You can see that in 2005 Huff’s CaBFIO outperformed a his wRC+ by 35 points which probably indicates that he suffered from some bad luck that year. He likely suffered from some bad luck in 2009 as well, as his CaBFIO slightly out performed both his wRC+ by 25 points. In 2010, Huff’s wRC+ outperformed his CabFIO by 14 points suggesting that he might have gotten a little lucky. Even on further inspection, you can see in at Huff’s career numbers that his CaBFIO outperforms his wRC+ by 7 points so his 2010 excellence might have been due to a  significant amount of luck involved in Huff’s 2010.

2011 was a disaster for Huff, (I probably realized that after the 100th time he grounded out to second) as you can see all the lines dropped downwards and his CaBFIO was only 7 points better than wRC+. His CabFIO was only 91 and his wRC+ was 84 well below average and unacceptable for any 1st baseman. If you look closer, every one of Huff’s components trended in the wrong direction: his SO% increased 1.9%, BB% dropped 4.3%, and his HR% almost halved from 4.8% in 2010 to 2.5% in 2011.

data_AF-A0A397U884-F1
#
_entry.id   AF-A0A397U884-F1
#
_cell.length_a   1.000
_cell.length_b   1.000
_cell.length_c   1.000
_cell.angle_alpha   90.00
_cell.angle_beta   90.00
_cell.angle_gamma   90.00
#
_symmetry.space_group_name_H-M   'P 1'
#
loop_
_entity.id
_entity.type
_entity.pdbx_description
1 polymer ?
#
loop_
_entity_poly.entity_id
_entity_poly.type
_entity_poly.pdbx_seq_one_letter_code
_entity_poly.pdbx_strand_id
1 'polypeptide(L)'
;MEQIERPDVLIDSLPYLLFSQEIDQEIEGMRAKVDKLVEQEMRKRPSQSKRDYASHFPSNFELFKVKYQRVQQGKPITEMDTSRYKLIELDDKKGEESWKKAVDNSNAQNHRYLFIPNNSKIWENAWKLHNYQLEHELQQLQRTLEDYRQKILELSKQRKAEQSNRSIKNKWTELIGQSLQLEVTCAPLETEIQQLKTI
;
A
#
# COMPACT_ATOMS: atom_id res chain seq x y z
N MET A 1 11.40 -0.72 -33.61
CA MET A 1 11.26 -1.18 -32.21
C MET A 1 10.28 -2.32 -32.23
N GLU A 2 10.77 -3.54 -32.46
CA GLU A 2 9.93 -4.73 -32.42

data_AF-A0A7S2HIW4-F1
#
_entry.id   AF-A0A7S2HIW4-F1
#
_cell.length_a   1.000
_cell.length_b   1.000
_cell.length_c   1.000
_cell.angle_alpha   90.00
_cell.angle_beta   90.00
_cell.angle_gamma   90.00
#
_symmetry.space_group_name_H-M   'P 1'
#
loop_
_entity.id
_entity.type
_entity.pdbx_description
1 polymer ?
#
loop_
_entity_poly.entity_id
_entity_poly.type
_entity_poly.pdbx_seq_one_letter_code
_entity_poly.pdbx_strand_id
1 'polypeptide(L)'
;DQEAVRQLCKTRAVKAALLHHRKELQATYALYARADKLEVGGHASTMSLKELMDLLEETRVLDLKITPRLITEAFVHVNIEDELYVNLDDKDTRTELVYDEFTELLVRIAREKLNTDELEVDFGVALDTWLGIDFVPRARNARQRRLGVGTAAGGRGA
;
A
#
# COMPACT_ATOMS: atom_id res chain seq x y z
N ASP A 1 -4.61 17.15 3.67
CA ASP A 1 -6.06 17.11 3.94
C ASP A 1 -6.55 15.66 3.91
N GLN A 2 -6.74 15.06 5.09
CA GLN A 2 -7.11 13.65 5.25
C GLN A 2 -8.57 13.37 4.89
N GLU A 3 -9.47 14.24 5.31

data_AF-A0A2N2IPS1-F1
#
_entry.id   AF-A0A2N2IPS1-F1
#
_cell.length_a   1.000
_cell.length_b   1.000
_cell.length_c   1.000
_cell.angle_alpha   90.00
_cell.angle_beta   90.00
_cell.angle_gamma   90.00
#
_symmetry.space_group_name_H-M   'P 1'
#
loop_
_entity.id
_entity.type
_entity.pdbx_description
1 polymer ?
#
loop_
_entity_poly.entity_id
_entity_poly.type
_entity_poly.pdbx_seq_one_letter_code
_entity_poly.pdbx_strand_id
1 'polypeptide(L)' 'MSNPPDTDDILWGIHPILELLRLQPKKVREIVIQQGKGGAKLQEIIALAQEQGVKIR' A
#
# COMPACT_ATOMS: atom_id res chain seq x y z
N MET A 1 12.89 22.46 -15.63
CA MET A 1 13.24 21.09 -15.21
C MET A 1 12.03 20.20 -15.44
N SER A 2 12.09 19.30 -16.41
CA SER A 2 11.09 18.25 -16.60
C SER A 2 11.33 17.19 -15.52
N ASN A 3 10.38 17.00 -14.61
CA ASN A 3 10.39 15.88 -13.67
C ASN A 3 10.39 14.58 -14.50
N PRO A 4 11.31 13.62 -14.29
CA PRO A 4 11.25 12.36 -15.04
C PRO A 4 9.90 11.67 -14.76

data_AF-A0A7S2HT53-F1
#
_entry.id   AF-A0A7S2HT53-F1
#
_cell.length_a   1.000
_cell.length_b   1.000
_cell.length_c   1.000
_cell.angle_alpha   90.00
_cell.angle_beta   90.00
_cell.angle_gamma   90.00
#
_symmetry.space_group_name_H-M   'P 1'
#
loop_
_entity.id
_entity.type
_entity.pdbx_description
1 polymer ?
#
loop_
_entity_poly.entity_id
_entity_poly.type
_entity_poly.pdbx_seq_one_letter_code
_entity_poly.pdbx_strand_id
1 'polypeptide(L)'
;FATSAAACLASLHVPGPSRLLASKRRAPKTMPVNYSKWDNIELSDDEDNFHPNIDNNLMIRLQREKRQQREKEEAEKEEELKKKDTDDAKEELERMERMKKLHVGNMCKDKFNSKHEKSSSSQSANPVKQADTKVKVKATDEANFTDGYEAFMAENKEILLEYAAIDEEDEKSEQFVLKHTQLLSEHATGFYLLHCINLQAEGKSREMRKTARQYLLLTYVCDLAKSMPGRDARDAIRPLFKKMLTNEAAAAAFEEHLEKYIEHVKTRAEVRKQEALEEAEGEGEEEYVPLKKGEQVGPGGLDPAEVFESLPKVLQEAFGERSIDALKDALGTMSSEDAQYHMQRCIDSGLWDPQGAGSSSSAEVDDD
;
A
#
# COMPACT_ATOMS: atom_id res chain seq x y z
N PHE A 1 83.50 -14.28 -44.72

Huff did suffer from a bad BABIP of .271—20 points lower than his .291 career average—but the way he put balls in play (grounding out to second) indicates it wasn’t just random variation hurting Huff. Breaking it down further, Huff in 2011 had a 15.9% Line Drive rate, the second lowest of his career and significantly lower than his 17.9% average. Line drives are the hard hit balls that most likely to fall for hits, so such a dramatic drop in LD% indicates that he was not hitting the ball as hard. Most disturbing of all was his dramatic drop in HR/FB rate. His career average was 13.2% and in 2011 he had a career low 7.3%, further showing that he lost the ability to make hard contact with the ball.